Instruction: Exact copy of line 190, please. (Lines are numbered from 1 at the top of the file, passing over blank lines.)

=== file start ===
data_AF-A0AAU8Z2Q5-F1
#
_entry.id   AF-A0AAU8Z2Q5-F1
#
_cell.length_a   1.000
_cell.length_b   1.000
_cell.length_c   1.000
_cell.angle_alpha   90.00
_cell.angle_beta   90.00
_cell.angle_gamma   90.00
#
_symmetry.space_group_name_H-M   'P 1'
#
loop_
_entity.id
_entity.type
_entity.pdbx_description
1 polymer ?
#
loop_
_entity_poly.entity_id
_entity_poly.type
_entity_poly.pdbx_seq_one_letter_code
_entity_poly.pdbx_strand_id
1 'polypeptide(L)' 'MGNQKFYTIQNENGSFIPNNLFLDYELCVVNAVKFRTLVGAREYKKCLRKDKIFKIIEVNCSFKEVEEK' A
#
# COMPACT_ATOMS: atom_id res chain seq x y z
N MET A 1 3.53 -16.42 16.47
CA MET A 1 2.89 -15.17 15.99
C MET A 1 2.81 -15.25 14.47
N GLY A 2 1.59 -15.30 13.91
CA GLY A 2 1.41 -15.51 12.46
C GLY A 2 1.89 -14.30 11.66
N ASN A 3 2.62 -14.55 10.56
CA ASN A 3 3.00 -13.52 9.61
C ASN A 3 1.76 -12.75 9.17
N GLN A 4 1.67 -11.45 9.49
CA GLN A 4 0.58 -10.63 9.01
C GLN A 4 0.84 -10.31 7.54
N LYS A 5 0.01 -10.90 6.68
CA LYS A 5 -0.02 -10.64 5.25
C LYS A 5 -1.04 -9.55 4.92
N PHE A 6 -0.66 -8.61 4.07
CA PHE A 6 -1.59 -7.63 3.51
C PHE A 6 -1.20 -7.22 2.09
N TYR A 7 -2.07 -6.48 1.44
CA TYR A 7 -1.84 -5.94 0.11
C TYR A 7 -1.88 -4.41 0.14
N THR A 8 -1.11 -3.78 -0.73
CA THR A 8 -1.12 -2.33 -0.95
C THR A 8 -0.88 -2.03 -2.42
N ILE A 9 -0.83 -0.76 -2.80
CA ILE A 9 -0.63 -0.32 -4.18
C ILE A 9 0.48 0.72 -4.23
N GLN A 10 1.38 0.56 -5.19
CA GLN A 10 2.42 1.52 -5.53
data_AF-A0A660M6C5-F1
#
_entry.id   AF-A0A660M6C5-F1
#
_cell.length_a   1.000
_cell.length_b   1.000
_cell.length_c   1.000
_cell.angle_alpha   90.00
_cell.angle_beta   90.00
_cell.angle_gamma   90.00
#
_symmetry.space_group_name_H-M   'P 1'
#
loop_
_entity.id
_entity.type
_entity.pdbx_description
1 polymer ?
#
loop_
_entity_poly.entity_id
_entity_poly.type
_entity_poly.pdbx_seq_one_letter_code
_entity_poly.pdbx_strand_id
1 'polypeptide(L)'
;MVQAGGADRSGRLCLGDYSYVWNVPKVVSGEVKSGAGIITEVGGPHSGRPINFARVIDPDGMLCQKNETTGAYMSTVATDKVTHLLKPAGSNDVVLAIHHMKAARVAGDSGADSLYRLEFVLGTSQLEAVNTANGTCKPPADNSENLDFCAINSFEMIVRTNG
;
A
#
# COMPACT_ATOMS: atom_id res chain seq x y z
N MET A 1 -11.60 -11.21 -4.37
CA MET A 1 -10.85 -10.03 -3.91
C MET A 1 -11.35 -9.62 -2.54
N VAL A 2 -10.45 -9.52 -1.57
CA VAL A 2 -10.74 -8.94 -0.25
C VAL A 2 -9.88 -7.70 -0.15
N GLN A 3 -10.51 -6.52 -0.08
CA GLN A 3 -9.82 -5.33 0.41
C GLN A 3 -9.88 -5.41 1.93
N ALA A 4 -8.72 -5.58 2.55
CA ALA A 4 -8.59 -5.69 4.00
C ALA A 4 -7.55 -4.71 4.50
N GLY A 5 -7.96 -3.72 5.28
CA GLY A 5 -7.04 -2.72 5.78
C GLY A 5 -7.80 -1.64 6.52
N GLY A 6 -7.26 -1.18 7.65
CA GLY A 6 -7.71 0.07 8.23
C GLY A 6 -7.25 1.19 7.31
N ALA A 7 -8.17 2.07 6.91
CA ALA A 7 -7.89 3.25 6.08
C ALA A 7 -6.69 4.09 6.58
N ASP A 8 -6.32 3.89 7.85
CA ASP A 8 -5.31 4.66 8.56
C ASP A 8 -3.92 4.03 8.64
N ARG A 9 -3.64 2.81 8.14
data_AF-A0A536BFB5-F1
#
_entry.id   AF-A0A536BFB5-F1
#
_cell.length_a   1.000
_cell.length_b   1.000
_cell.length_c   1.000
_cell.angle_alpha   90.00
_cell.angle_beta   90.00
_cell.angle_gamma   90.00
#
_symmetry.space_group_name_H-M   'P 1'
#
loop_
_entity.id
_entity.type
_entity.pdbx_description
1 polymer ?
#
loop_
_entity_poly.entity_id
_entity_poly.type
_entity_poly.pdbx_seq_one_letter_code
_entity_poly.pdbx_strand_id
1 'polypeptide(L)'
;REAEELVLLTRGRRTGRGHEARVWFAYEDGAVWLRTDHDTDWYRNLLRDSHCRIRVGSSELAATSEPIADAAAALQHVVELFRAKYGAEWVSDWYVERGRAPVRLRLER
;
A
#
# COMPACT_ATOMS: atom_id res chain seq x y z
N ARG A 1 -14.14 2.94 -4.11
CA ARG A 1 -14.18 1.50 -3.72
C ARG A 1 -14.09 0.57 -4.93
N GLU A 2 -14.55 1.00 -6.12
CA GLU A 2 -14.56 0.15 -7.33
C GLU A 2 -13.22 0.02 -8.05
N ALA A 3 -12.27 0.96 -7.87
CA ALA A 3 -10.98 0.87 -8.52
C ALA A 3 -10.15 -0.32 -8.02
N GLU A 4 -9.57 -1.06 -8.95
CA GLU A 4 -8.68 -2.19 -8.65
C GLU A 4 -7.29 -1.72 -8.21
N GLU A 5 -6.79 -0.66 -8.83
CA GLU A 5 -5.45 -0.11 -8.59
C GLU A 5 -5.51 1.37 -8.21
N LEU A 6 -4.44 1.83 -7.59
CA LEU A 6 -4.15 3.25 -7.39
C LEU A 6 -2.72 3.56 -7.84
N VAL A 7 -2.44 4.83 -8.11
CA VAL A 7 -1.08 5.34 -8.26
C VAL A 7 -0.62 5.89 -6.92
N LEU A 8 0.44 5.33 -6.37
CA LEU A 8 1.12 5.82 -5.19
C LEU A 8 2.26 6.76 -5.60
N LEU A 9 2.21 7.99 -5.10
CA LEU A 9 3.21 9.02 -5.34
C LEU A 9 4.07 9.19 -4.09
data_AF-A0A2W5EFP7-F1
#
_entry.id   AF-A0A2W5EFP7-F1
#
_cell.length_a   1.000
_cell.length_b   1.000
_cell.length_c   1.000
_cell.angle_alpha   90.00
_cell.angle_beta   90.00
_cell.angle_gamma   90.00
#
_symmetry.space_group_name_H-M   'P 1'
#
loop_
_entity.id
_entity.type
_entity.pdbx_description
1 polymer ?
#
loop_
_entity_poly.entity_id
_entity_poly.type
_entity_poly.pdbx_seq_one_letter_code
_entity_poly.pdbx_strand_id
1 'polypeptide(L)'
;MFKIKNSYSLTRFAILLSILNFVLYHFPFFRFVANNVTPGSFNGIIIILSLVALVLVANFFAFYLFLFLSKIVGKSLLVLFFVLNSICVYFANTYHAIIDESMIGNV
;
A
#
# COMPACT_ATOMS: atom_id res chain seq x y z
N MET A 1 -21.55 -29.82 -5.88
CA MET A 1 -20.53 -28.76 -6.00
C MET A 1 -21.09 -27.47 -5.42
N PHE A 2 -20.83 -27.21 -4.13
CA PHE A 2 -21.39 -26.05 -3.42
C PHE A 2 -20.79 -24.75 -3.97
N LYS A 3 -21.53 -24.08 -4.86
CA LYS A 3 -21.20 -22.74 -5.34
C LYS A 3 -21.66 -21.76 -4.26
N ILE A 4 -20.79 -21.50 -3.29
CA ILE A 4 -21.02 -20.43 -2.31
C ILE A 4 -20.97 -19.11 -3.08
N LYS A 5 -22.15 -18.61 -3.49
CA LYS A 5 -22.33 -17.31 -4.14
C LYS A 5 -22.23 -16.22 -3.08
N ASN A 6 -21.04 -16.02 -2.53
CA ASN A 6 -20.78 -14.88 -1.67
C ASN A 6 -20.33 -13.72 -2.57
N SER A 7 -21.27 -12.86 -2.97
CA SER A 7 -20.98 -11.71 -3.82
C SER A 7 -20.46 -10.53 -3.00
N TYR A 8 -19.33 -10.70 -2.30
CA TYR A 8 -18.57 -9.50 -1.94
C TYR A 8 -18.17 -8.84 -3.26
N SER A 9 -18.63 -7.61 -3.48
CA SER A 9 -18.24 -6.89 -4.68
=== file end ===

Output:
_entity_poly.type